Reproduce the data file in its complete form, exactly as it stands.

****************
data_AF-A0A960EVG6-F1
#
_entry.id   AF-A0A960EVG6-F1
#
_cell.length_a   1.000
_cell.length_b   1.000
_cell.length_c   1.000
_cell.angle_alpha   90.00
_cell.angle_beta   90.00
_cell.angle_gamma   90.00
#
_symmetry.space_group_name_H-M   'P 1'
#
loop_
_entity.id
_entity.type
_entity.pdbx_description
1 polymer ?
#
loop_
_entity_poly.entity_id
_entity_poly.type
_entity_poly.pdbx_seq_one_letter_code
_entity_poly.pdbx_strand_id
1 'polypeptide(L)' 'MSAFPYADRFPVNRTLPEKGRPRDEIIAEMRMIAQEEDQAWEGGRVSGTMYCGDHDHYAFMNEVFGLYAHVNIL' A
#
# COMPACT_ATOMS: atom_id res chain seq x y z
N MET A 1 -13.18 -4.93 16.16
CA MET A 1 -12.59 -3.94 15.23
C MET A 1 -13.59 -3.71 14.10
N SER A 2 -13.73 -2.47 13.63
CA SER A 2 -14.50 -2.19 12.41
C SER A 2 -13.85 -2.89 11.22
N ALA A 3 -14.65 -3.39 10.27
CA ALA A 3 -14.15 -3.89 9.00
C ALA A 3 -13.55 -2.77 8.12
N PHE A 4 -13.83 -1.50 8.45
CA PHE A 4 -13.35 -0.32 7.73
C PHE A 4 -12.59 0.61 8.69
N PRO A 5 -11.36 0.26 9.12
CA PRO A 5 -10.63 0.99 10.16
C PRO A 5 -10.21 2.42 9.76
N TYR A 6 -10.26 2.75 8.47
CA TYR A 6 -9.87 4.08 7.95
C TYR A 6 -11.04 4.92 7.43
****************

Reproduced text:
data_AF-A0A960EVG6-F1
#
_entry.id   AF-A0A960EVG6-F1
#
_cell.length_a   1.000
_cell.length_b   1.000
_cell.length_c   1.000
_cell.angle_alpha   90.00
_cell.angle_beta   90.00
_cell.angle_gamma   90.00
#
_symmetry.space_group_name_H-M   'P 1'
#
loop_
_entity.id
_entity.type
_entity.pdbx_description
1 polymer ?
#
loop_
_entity_poly.entity_id
_entity_poly.type
_entity_poly.pdbx_seq_one_letter_code
_entity_poly.pdbx_strand_id
1 'polypeptide(L)' 'MSAFPYADRFPVNRTLPEKGRPRDEIIAEMRMIAQEEDQAWEGGRVSGTMYCGDHDHYAFMNEVFGLYAHVNIL' A
#
# COMPACT_ATOMS: atom_id res chain seq x y z
N MET A 1 -13.18 -4.93 16.16
CA MET A 1 -12.59 -3.94 15.23
C MET A 1 -13.59 -3.71 14.10
N SER A 2 -13.73 -2.47 13.63
CA SER A 2 -14.50 -2.19 12.41
C SER A 2 -13.85 -2.89 11.22
N ALA A 3 -14.65 -3.39 10.27
CA ALA A 3 -14.15 -3.89 9.00
C ALA A 3 -13.55 -2.77 8.12
N PHE A 4 -13.83 -1.50 8.45
CA PHE A 4 -13.35 -0.32 7.73
C PHE A 4 -12.59 0.61 8.69
N PRO A 5 -11.36 0.26 9.12
CA PRO A 5 -10.63 0.99 10.16
C PRO A 5 -10.21 2.42 9.76
N TYR A 6 -10.26 2.75 8.47
CA TYR A 6 -9.87 4.08 7.95
C TYR A 6 -11.04 4.92 7.43